Readers have submitted some great examples of gendered items in the last few months, so I’ve collected just a few here. This includes “the first gender-based wholefood,” certainly a milestone worth commemorating, so let’s get to it!
An anonymous reader pointed out that Barnes & Noble has book collections for boys and girls:
The summaries of the books reinforce ideas about gender and especially the association of boys with action and girls with relationships. The description of the boys’ collection mentions “excitement” and “tales of action, adventure, and exploration”:
The girls’ collection, on the other hand, includes “heartwarming tales” that teach us that “friendship is the most priceless and enduring gift of all”:
Nora Goerne sent in girls’ and boys’ pasta she saw in Dutch supermarket Albert Heijn:
And Emily discovered you can get gender-specific yogurt for kids:
Nick O. noticed these bottle-opener rings, one of which is marketed to women by putting it on a pink background with the word “woman” on it but otherwise seemed the same to Nick:
Carrie J. sent in this ad for gendered kids computers from 1999:
Shara found boys’ and girls’ cake sprinkles in New Zealand:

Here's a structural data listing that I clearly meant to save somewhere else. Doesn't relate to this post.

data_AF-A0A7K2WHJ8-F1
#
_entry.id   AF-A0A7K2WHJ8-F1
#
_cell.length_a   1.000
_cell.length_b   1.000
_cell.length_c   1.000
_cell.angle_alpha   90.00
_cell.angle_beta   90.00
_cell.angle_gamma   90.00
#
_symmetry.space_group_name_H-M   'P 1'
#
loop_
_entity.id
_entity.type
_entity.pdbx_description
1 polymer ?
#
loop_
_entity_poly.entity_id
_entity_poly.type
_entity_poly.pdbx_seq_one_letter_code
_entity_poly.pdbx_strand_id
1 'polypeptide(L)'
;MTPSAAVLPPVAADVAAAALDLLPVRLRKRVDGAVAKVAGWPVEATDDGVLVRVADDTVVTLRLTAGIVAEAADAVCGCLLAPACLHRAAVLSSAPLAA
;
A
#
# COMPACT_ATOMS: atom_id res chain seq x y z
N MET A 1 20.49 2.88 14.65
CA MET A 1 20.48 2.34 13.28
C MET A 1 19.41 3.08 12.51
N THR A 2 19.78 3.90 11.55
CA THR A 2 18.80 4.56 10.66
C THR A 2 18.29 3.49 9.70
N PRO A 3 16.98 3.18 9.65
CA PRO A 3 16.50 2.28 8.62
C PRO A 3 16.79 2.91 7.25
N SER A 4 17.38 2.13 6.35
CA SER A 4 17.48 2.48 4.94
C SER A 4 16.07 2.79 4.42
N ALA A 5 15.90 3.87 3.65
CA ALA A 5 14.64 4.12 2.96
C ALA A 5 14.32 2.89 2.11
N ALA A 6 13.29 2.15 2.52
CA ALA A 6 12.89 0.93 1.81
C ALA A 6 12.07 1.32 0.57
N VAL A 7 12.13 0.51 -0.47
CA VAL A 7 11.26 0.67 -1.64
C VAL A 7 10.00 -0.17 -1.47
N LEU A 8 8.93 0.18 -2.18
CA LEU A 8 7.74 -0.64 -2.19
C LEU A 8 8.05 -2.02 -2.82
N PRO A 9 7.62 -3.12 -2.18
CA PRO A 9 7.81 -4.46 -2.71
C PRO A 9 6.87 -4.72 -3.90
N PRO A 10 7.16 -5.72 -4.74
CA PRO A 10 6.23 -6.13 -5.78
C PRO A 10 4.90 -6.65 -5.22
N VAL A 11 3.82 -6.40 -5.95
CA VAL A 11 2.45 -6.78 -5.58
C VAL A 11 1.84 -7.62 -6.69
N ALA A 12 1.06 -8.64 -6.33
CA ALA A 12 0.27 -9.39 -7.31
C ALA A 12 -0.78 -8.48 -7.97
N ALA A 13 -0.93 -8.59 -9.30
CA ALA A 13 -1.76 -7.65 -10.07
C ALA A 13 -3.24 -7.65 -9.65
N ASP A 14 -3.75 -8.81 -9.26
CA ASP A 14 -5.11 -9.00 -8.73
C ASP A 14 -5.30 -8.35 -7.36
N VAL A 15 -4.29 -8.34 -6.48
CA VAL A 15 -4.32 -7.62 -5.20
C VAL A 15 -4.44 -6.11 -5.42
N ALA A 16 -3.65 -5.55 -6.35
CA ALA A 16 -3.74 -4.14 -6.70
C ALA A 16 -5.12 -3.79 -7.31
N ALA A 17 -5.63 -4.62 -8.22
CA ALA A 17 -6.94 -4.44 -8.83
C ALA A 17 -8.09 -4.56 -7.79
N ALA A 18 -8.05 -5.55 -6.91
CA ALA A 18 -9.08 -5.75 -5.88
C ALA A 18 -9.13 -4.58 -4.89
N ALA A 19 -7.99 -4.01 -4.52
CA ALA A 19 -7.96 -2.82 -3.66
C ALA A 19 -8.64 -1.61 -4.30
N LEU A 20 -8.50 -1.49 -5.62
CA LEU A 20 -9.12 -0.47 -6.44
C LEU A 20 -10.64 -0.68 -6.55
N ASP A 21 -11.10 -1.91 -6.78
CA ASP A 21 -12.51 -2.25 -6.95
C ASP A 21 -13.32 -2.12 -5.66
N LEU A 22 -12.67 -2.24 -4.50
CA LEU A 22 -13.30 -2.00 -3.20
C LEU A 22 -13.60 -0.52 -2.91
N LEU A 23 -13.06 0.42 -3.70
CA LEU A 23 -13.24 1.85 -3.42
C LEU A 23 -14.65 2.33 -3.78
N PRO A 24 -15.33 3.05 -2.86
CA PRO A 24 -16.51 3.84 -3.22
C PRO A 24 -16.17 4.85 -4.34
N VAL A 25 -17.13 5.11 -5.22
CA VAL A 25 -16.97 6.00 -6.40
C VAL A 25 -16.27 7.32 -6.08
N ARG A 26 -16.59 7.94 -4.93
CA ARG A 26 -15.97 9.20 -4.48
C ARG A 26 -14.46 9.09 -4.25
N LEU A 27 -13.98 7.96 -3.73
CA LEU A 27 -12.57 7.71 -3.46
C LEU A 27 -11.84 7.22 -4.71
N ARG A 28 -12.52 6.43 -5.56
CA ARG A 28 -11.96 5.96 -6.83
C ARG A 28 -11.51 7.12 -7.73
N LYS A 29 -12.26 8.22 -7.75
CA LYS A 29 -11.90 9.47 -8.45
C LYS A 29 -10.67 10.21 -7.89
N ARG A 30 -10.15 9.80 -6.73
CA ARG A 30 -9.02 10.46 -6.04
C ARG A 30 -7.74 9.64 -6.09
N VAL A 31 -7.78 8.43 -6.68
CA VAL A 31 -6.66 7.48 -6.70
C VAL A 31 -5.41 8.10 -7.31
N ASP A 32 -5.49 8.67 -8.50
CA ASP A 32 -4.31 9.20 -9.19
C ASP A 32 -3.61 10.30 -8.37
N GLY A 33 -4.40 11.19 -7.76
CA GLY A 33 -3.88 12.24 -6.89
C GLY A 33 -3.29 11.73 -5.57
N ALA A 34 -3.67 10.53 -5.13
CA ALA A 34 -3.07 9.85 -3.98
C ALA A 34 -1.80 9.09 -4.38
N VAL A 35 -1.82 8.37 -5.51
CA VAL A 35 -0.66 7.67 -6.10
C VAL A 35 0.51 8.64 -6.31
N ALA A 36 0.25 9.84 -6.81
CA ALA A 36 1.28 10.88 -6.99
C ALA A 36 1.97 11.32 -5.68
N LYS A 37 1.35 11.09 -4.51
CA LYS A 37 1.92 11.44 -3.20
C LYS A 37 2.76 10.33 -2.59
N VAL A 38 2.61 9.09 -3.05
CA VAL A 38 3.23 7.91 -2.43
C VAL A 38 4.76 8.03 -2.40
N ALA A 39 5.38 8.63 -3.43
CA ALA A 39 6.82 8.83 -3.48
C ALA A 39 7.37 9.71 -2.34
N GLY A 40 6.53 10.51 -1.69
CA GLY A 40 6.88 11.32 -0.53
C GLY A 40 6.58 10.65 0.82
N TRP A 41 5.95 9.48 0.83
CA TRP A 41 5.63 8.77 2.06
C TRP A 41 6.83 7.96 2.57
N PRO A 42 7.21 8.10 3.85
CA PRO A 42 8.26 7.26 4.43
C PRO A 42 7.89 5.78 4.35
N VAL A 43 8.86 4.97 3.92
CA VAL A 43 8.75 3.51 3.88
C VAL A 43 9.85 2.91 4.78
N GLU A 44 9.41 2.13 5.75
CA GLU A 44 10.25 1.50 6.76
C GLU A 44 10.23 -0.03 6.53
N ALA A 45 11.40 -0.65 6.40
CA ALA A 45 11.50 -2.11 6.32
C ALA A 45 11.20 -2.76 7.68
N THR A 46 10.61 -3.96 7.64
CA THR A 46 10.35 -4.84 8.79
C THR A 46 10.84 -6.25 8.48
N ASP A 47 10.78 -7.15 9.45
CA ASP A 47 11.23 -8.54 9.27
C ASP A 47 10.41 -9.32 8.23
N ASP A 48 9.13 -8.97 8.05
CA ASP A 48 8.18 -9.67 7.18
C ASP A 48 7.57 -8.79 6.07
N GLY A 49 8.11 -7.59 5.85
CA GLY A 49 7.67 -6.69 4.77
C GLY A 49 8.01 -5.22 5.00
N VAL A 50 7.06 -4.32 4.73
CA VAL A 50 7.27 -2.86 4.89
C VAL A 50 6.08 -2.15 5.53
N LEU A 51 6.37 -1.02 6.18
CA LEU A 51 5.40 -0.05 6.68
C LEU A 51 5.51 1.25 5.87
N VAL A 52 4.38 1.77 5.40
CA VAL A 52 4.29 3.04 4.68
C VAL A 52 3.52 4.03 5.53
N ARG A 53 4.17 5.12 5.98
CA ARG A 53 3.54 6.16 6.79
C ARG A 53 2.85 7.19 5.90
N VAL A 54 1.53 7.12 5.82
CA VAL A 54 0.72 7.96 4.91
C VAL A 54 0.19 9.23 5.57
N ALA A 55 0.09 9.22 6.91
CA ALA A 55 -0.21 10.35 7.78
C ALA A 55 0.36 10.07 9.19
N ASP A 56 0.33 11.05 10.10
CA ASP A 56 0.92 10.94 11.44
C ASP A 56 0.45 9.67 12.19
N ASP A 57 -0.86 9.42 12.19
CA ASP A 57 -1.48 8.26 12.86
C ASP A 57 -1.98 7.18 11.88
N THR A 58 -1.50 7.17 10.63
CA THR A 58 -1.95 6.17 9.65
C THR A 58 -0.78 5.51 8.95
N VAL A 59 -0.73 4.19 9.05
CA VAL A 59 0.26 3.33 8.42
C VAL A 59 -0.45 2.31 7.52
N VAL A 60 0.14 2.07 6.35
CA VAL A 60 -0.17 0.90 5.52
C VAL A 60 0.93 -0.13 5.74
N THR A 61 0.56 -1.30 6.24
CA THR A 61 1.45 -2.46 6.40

CBH was looking for birthday supplies on the Party City website and noticed that according to the decorations, by their first birthday girls are already “angels” and boys are “rebels”:
Helen S. sent us this image posted at Boing Boing of crayon sets that are implicitly gendered through the use of the colors and terms (especially “princess”) that have become codes for boys and girls:
Green gloves are apparently for boys now (thanks, Michelle):
And finally, as promised: You will be relieved to know that “the first gender-based wholefood” is here, and not a moment too soon. According to the website for Sexcereal — no, stop laughing, this is serious — the female version supports “hormonal balance” while the male version has ingredients that “support testosterone and then some,” which actually makes me afraid this product might cause ‘roid rage if eaten too often:
Their website (sent in by Vanessa K.) is an absolute delight, and provides many a hearty laugh. It’s just too bad Sexcereal is only available in Canada. All of us non-Canadians are stuck eating our stupid unisex cereals, leaving our hormones unbalanced and our testosterone feeling sadly unsupported, and then some.
Gwen Sharp is an associate professor of sociology at Nevada State College. You can follow her on Twitter at @gwensharpnv.